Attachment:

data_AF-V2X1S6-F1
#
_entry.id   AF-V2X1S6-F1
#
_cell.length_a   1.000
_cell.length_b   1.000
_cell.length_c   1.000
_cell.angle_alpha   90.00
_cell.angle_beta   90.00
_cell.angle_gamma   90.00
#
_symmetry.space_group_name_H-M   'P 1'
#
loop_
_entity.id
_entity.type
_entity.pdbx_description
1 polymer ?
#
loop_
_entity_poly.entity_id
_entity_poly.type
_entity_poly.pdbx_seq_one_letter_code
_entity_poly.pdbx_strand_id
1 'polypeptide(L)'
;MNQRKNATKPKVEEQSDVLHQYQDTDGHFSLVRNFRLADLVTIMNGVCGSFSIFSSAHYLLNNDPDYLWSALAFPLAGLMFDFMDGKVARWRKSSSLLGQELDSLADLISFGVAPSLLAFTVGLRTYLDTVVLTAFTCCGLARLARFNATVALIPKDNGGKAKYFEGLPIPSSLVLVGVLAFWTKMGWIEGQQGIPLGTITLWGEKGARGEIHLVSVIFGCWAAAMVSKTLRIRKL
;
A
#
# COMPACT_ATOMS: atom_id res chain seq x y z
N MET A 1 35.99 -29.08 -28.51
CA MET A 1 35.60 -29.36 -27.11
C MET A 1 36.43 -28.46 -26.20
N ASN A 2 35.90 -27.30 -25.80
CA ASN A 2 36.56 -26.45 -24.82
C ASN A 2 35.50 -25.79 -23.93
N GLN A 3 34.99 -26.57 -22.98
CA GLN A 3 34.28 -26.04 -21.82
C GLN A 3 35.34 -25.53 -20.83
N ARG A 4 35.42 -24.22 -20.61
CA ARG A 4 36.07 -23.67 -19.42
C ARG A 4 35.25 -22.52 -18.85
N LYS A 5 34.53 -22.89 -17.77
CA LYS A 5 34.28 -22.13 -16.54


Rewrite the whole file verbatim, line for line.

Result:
data_AF-V2X1S6-F1
#
_entry.id   AF-V2X1S6-F1
#
_cell.length_a   1.000
_cell.length_b   1.000
_cell.length_c   1.000
_cell.angle_alpha   90.00
_cell.angle_beta   90.00
_cell.angle_gamma   90.00
#
_symmetry.space_group_name_H-M   'P 1'
#
loop_
_entity.id
_entity.type
_entity.pdbx_description
1 polymer ?
#
loop_
_entity_poly.entity_id
_entity_poly.type
_entity_poly.pdbx_seq_one_letter_code
_entity_poly.pdbx_strand_id
1 'polypeptide(L)'
;MNQRKNATKPKVEEQSDVLHQYQDTDGHFSLVRNFRLADLVTIMNGVCGSFSIFSSAHYLLNNDPDYLWSALAFPLAGLMFDFMDGKVARWRKSSSLLGQELDSLADLISFGVAPSLLAFTVGLRTYLDTVVLTAFTCCGLARLARFNATVALIPKDNGGKAKYFEGLPIPSSLVLVGVLAFWTKMGWIEGQQGIPLGTITLWGEKGARGEIHLVSVIFGCWAAAMVSKTLRIRKL
;
A
#
# COMPACT_ATOMS: atom_id res chain seq x y z
N MET A 1 35.99 -29.08 -28.51
CA MET A 1 35.60 -29.36 -27.11
C MET A 1 36.43 -28.46 -26.20
N ASN A 2 35.90 -27.30 -25.80
CA ASN A 2 36.56 -26.45 -24.82
C ASN A 2 35.50 -25.79 -23.93
N GLN A 3 34.99 -26.57 -22.98
CA GLN A 3 34.28 -26.04 -21.82
C GLN A 3 35.34 -25.53 -20.83
N ARG A 4 35.42 -24.22 -20.61
CA ARG A 4 36.07 -23.67 -19.42
C ARG A 4 35.25 -22.52 -18.85
N LYS A 5 34.53 -22.89 -17.77
CA LYS A 5 34.28 -22.13 -16.54